Businesses looking to expand their products and services must be willing to explore and implement new ways to put themselves in front of potential customers. With more than 6.5 billion people owning a smartphone, mobile applications provide an impactful alternative that can accelerate growth.
A 2019 report showed that people spent more time on their mobile devices than watching TV, a transformational shift that reflects mobile’s primacy as a preferred vehicle for entertainment. That trend continues year after year, with people using their phones daily whether for work or entertainment purposes. And of course, it also functions as a GPS, shopping portal, wallet, camera, and a myriad of other uses.
Leaders that do not understand mobile’s primary importance and do not put time and resources towards development are snubbing their customers. Delaying mobile development or presenting limited mobile functions that do not offer real engagement, will force businesses to fall behind. They’ll lose market share and miss growth opportunities, and open the door to competitors who can make inroads because they’re willing to help, entertain, inform, and monetize customers through mobile.
Aligning Goals and Development
The first step in the mobile development process is to understand the core goals, which will inform every part of the process. Develop with the team a business case for mobile development, including the expected value it can generate, and some other fundamental parameters. Spend some time and energy crafting a mobile development plan that accounts for a new industry, a new type of client, or a new concept.
After setting achievable goals, it’s a process of organization and delegation. Like other project development work, you need to use your resources to ensure the teams working together craft the best possible product. Ensure the core functionalities of your product or service appear in the mobile applications, and plan around your product roadmap for the future. This type of planning requires some deep expertise, so you might need to enlist a consultant or hire a mobile development strategy expert who understands trends and the mobile universe. Those kinds of experts can guide the development process from the start.
For companies testing the markets and entering mobile for the first time, it’s wise to invest time and energy to create a minimum viable product (MVP). You put this MVP in front of early adopters and enthusiasts to gather their knowledge about your industry and the customer’s expectations and engagement. If you’re managing a small development team, then feedback can prove invaluable as it can speed up the process. Customer suggestions provide the team with insights they might otherwise overlook or would uncover after weeks or months of trial and error. An MVP development track allows you to launch a product that’s set up for constant improvement, and you can direct the team to use this process to prove or disprove various assumptions they might have about the customers’ needs and actions.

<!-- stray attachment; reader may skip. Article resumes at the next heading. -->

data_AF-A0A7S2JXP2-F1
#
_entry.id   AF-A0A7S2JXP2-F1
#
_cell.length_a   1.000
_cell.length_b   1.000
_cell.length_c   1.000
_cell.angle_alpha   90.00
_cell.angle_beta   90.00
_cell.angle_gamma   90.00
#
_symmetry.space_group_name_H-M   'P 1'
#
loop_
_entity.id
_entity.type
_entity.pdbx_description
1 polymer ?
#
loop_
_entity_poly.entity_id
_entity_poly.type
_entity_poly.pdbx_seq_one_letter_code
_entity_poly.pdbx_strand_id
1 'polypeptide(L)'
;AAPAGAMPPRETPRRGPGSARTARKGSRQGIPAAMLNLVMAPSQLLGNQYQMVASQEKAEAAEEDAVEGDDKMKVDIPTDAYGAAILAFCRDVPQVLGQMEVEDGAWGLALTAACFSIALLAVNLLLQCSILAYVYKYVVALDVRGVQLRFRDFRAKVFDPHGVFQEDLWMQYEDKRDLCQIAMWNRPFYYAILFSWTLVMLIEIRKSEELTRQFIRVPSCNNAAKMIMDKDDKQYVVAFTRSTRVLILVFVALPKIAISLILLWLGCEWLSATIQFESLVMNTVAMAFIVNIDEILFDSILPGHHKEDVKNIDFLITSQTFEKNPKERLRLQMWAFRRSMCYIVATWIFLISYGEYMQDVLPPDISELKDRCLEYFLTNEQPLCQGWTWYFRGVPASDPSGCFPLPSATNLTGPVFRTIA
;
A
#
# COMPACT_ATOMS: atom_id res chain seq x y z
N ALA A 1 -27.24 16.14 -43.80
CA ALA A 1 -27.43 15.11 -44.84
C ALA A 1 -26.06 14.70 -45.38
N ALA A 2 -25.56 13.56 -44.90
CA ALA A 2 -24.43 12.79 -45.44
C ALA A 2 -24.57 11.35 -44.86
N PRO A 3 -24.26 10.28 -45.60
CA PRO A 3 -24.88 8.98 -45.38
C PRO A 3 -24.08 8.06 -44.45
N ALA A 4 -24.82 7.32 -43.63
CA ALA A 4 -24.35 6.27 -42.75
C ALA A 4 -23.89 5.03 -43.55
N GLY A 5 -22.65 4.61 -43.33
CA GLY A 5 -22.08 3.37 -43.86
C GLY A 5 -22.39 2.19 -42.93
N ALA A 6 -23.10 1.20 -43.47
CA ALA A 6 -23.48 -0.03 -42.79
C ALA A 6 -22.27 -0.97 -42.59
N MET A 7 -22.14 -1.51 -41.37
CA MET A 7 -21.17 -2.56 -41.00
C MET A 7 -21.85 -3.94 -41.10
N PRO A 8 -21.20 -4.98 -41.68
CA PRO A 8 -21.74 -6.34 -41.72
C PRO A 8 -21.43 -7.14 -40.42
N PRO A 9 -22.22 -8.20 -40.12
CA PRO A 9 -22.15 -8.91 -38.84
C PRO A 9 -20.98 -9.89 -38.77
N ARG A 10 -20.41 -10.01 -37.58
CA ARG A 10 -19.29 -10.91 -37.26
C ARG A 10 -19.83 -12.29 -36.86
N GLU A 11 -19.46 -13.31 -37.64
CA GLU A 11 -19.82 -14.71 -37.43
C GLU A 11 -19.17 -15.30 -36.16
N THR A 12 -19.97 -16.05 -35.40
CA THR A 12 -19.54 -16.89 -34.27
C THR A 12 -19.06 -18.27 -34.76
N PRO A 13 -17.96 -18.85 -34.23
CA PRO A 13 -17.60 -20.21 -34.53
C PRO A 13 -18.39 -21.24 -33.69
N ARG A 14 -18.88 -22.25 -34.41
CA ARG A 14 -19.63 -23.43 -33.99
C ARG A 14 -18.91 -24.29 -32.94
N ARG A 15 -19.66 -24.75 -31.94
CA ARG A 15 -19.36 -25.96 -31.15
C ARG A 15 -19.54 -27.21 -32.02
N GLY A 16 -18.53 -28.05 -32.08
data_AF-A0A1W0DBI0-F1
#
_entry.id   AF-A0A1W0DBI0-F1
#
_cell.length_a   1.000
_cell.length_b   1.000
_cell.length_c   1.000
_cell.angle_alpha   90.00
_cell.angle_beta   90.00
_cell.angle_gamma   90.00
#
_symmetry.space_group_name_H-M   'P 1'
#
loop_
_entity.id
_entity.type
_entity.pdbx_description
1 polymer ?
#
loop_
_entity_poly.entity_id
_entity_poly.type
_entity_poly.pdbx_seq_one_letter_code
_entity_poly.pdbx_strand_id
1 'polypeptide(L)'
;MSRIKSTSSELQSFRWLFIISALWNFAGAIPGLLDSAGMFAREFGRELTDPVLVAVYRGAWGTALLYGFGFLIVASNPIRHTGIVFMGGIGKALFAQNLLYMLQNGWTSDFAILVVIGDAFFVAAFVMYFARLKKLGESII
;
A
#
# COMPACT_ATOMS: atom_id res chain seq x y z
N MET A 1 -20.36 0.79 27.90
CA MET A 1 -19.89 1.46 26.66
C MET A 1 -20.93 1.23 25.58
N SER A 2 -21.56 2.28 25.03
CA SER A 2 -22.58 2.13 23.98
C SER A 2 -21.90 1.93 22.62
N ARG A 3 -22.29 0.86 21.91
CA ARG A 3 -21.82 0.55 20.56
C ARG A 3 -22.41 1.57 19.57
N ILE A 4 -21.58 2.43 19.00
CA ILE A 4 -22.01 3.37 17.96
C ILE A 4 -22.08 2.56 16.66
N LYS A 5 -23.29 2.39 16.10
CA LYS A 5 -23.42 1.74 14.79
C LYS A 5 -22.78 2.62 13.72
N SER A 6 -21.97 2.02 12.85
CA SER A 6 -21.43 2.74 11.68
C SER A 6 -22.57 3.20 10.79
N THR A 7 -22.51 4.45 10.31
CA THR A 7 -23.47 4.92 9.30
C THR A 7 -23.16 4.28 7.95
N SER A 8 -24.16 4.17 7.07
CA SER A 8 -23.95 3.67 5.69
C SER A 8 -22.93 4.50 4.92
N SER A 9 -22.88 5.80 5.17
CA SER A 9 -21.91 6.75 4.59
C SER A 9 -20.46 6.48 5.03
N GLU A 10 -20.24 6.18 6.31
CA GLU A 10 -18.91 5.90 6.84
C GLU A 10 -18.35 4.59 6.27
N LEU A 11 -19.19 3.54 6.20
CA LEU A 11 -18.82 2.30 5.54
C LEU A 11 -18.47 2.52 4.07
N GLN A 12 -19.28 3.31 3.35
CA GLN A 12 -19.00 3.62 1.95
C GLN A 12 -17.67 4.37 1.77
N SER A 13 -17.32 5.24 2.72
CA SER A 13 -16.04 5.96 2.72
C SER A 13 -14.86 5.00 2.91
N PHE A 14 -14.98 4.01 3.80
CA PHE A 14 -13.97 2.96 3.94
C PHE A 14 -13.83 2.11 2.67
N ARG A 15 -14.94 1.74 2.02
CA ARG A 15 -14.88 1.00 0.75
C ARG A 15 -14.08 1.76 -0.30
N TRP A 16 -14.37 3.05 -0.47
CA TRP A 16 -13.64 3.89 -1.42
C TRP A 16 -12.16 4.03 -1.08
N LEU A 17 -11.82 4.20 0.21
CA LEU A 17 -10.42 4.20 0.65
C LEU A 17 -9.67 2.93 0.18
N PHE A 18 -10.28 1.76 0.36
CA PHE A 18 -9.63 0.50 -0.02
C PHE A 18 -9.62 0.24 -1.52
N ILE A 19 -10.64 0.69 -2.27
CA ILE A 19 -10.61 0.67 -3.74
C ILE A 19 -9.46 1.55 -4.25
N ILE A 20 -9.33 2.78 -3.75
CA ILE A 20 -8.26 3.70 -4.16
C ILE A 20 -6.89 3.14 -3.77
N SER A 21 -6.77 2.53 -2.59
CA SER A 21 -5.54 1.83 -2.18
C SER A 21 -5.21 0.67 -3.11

Mobile and Digital Transformation
Mobile development applies directly to a CEO’s digital transformation campaign that might include machine learning, increased connectivity, automation, or virtualization. All these improvements work better and for more people when they’re paired with mobile devices.
For CEOs with younger target markets such as Gen Z and Millennials, digital transformation efforts must focus on mobile. These generations switched from computers and tablets to smartphones over the past decade. Gen Z spends upwards of half of their waking hours on their phones, representing how central the mobile experience is to their daily lives.
CEOs can guide their company’s digital transformation efforts by implementing a mobile-first strategy. They need to push for roadmaps that either get their company into mobile or revise their current strategies to ensure both customers and staff members can connect with platforms, content, and transactional systems through their phones. Mobile cannot remain an afterthought, where an app allows a user to access just a fraction of the desktop application’s functions, with a clunky UI and low engagement. Flip this around and design digital tools with mobile-first to get the company in front of customers, especially those that “live” within the mobile landscape. A mobile-first strategy can also open new opportunities for revenue generation through monetization.
A great example to consider is Starbucks’ journey. The company’s popular mobile app now accounts for more than a quarter of the chain’s global transactions. In the U.S., Starbucks boasts more than 27 million active members who place more than half of the firm’s orders. The mobile application is the wallet, ordering tool, and rewards system in one, providing customers with convenience that translates into brand loyalty. The gaming industry is another example, where revenues coming from mobile games now surpasses PC and console revenues.
There are many industries where mobile has not set its roots but will become vital for brands to remain competitive. Sectors like insurance and health sciences will see mobile-based transformation, where new applications will bring accessibility and new ways of interacting with these brands. Diving into full-featured mobile development allows your company to compete for market share, but also leverage new hidden opportunities presented by the societal shift towards a mobile-based economy.
Written by Lucas Stolze.
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